Police chief says sorry ... again
Police Commissioner Tang King-shing said sorry yet again yesterday - this time to a Fanling school after its name was leaked as the scene of an undercover drugs operation.
It was the police chief's third apology in five months, but critics said this one might have come too early, particularly when the identity of the person who leaked the school's name to the press remained unknown.
Tang yesterday said he had called Joyce Kwok Yin-mei, the principal of the Church of Christ in China Kei San Secondary School, to offer an apology and to tell her that an assistant commissioner would lead an investigation into the leak.
Security minister Ambrose Lee Siu-kwong also apologised to the school on Friday.
Kwok said she was angry with police on Thursday after media reports that the school had allowed a policewoman to work undercover during an anti-drugs operation in Fanling.
The principal said police had promised to keep all information confidential and the leak had harmed the school's reputation.
The police operation resulted in the arrest of 36 people, of whom seven were charged. In related cases, the District Court last week jailed two drug dealers, aged 17 and 19, for ketamine trafficking.
Tang said disciplinary action would be taken if police officers were found to be responsible for the leak.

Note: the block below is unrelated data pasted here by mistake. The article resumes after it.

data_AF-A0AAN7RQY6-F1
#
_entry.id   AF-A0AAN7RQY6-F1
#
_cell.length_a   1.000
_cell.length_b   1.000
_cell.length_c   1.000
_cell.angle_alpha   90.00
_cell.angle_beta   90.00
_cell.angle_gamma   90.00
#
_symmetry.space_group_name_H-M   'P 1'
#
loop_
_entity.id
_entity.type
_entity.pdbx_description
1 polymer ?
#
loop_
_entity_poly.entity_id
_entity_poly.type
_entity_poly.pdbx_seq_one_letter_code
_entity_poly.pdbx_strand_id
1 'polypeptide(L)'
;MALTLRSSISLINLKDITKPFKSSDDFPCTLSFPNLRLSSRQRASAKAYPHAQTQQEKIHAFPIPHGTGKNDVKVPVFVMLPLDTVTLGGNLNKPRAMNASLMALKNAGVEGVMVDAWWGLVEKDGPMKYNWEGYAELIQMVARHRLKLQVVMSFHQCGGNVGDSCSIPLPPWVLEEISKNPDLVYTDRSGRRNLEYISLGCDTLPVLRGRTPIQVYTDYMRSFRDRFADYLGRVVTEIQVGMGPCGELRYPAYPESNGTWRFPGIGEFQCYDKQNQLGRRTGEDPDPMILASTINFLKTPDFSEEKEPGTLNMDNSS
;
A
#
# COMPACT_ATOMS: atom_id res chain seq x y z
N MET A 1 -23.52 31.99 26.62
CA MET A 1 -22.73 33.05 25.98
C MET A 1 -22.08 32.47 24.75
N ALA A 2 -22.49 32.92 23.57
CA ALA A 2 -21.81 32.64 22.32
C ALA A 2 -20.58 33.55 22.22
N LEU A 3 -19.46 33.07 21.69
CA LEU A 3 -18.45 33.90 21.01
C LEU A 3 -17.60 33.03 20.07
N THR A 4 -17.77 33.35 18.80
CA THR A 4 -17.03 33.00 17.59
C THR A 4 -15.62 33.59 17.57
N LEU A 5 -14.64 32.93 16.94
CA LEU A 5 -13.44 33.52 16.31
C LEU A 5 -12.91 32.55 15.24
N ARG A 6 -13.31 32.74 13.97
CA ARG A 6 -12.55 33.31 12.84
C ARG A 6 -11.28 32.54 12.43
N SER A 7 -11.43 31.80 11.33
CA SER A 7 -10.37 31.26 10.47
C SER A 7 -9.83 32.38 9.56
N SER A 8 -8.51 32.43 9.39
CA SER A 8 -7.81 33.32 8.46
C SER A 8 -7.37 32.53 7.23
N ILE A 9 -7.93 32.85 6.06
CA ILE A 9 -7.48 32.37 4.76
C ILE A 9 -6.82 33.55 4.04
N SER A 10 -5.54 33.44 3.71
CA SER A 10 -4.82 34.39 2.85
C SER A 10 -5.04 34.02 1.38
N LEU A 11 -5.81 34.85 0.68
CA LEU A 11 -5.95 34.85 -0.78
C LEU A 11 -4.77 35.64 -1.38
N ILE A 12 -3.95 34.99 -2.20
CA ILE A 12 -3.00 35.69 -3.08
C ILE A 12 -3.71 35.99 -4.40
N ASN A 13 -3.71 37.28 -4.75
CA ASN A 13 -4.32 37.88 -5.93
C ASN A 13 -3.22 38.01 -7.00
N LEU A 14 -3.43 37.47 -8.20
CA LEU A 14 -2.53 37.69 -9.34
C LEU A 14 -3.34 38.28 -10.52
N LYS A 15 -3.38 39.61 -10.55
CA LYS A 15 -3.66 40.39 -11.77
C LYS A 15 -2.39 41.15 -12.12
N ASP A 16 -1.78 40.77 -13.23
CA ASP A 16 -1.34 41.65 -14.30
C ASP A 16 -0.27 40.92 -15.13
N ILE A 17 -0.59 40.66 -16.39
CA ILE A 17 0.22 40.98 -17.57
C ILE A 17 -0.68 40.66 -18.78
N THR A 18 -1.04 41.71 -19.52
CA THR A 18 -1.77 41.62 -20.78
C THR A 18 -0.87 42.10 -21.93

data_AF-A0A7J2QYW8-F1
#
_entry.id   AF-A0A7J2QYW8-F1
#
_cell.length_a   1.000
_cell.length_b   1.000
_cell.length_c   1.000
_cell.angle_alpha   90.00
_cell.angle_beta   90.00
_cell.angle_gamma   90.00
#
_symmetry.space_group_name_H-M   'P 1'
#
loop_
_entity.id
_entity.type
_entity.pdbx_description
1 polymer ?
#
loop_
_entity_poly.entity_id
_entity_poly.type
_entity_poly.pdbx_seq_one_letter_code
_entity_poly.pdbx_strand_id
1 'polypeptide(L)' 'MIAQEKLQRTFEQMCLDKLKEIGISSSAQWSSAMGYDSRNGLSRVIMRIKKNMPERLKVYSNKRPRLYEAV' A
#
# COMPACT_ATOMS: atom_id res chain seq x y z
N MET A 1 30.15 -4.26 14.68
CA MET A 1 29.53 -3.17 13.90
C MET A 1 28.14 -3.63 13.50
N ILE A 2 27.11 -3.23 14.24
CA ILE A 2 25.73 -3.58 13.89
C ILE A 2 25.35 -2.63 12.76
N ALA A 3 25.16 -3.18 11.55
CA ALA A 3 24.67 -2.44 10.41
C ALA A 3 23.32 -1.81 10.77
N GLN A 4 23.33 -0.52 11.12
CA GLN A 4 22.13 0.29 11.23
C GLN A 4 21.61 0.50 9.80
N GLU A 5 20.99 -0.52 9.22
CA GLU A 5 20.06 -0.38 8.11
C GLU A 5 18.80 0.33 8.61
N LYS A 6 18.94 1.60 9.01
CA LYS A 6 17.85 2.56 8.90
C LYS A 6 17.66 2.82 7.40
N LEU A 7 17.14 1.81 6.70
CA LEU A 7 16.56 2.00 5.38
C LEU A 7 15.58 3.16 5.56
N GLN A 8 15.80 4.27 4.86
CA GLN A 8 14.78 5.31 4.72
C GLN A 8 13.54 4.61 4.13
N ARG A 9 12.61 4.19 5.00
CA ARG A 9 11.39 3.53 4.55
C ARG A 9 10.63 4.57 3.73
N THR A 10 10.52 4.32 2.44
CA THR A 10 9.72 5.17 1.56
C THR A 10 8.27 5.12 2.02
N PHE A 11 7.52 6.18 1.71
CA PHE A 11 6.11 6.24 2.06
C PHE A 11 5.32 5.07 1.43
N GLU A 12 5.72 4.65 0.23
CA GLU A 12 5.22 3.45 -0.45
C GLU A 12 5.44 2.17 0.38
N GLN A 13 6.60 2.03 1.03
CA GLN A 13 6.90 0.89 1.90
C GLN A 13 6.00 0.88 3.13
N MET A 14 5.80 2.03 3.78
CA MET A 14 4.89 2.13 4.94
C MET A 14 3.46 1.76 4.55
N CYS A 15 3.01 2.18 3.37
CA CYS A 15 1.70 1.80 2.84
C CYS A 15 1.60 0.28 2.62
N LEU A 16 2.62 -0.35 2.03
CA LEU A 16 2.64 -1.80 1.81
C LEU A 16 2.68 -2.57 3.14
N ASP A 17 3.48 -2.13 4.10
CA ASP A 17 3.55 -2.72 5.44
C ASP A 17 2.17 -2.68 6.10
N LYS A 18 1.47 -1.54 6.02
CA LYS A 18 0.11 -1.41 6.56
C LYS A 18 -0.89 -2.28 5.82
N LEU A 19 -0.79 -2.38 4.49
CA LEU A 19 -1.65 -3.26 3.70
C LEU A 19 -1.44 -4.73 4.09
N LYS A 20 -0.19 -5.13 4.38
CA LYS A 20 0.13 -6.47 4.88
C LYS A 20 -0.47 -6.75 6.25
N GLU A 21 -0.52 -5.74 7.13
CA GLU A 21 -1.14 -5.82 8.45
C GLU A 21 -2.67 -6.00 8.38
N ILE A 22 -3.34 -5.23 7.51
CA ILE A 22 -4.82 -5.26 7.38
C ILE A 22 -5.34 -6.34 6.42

Dr James Sung Lap-kung, a political scientist at City University, said Tang's apology had come a bit too early and the public might perceive it as the police admitting they had done something wrong.
'It shows on the one hand that the force is very eager to appease the school, while on the other hand it was like confessing that the information was leaked by police officers,' he said. The fact that the apology was issued by the head of the force before the investigation was over might also hit the morale of frontline police officers, Sung added.
Lawmaker James To Kun-sun urged Tang to elaborate on the early apology. 'The force might have gathered information that indicates its officers might be held responsible for the leak,' he said. 'It should tell the public as soon as possible.'
Police Inspectors' Association chairman Tony Liu Kit-ming said police had failed to protect the school's confidentiality and an apology was appropriate. And he dismissed concerns about police morale. 'We have to admit it if we really did something wrong and improve afterwards,' he said.
Tang made a public apology in July, the first since he took office, over a case in which police ordered several drivers to form a 'human roadblock' on a highway to stop an illegal car race. The resulting pile-up left six people injured. He said then that the officers involved had made 'an error of judgment'.
A month later, Tang apologised again - to the victims of a detective constable who admitted raping a young woman and indecently assaulting her and three others.